Society

Joel Deane reviews 'Jacks and Jokers'

Joel Deane
22 July 2014

Matthew Condon is fast becoming the George R.R. Martin of Australian true crime. Like the Game of Thrones author, Condon is part-way through the delivery of a saga of epic proportions. However, whereas some fantasy fiction fans doubt that Martin will ever conclude his A Song of Ice and Fire series, everyone knows how the story of corruption in Joh Bjel ... More

Putin and the kleptocrats

Nicholas Hordern
22 July 2014

Nick Hordern – long-time journalist and political staffer – reviews two books on Russia’s controversial leader, Vladimir Putin.

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Piketty-land

Mark Triffitt
21 July 2014
Mark Triffitt reviews Thomas Piketty’s influential Capital in the Twenty-First Century. Our reviewer will take part in an ABR/University of Melbourne public forum on Piketty on 19 August. More

The missing Somali on the dance floor

Ray Cassin
27 May 2014

Sometimes the simplest of mistakes reveals far more of our preconceptions about human acts and motives, and about the complex relationships that make a human society, than we could have imagined. Such was the case with what journalist and lawyer Julie Szego dubs the ‘tainted trial’ of Farah Jama, a young Somali man who spent eighteen months in prison for a rape ... More

Neal Blewett reviews 'Diary of A Foreign Minister' by Bob Carr

Neal Blewett
26 May 2014

‘Dear Dr Blewett, I am writing to you ... concerning your intention to publish the diary you kept during the first Keating Government ... Whether any legal action, criminal or civil, is More

James Der Derian reviews 'The Snowden Files' by Luke Harding and 'No Place to Hide' by Glenn Greenwald

James Der Derian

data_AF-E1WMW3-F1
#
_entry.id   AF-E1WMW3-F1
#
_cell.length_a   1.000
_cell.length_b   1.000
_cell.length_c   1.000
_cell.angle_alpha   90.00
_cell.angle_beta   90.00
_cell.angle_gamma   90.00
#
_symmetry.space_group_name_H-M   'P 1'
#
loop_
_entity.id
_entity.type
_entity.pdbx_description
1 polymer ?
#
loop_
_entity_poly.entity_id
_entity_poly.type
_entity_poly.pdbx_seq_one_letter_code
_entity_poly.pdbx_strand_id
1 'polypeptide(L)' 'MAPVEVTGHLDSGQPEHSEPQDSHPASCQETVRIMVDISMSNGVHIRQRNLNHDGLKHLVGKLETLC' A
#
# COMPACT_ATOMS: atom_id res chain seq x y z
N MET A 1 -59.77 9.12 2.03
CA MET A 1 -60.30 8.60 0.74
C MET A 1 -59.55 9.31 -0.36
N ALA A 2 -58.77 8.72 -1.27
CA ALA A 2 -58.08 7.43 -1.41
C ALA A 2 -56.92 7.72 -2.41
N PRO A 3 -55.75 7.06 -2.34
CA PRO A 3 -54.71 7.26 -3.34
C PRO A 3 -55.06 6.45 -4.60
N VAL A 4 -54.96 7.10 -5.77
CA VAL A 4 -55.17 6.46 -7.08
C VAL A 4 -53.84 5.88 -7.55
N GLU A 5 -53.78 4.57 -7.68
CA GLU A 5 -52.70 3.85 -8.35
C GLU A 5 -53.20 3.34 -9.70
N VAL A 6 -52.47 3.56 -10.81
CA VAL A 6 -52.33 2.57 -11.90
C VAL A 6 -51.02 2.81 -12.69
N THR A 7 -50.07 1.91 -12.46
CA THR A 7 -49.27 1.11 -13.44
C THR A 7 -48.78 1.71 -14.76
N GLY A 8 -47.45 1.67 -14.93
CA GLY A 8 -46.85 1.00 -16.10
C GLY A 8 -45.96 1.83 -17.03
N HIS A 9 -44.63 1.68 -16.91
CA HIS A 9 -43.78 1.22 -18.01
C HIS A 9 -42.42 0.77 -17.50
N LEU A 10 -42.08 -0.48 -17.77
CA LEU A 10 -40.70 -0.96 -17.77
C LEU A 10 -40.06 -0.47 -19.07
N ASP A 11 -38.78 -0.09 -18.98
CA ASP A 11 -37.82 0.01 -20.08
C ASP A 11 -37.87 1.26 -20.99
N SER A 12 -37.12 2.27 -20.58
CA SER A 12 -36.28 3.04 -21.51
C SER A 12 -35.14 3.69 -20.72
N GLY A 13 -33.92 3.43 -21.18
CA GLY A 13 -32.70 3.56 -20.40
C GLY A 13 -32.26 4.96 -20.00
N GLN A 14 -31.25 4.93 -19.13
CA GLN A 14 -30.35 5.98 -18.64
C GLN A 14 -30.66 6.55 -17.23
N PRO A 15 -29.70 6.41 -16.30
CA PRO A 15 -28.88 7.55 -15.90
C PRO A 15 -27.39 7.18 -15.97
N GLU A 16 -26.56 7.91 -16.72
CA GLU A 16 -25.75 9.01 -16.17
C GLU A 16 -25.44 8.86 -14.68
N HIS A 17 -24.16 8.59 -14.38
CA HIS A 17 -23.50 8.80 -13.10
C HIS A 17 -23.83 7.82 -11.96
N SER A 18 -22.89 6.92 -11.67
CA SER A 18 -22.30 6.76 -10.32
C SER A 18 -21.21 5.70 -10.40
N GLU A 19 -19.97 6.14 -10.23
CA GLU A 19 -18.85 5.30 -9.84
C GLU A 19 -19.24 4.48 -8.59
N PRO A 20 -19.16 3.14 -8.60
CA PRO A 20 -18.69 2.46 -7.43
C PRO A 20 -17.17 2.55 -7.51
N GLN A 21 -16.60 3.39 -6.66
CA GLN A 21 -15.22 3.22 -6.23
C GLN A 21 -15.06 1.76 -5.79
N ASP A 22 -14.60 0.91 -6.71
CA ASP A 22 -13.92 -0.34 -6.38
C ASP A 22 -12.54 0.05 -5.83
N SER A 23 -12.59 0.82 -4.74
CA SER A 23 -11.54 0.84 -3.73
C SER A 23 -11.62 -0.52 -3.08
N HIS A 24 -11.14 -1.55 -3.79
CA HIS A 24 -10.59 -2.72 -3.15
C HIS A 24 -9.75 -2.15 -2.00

26 May 2014
1984 is back. George Orwell’s nightmare vision of governmental surveillance, secrecy, and deception clearly resonates with the revelations first leaked to the Guardian by former National Security Agen More

Mike Berry revisits 'The Affluent Society'

Peter Mares
27 March 2014

Usually, significant books are revisited on significant anniversaries. By these lights, Mike Berry’s critical re-evaluation of John Kenneth Galbraith’s The Affluent Society should have appeared in 2008, to mark the fiftieth anniversary of its original publication. In this instance, we can be grateful that normal publishing practice has not been followed, ... More

Mark Blyth on the Dangers of Austerity

Adrian Walsh
25 March 2014

Should state spending on government be more restricted, or is it private financial institutions that should pay? Adrian Walsh writes about fresh controversies over international austerity programs.

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Stuart Macintyre visits 'Fractured Times'

Stuart Macintyre
17 January 2014

As he approached his fiftieth birthday, Eric Hobsbawm finally won recognition. His Primitive Rebels (1959) was an innovative study of millenarian rural movements. In 1962 he published The Age of Revolution, the first of four books that encompassed the modern era with unrivalled powers of synthesis, and his volume on Labouring Men (1964) ga ... More

Dina Ross reviews 'My Mother, My Father'

Dina Ross
31 October 2013

In A Heartbreaking Work of Staggering Genius (2000), novelist Dave Eggers recounts the horror of losing both his parents within one year, leaving him and his sister as sole carers of their young brother. Eggers recalls the intense pain of being orphaned at the age of twenty-one, but also the frustration and acute resentment at having to grow up too fast.

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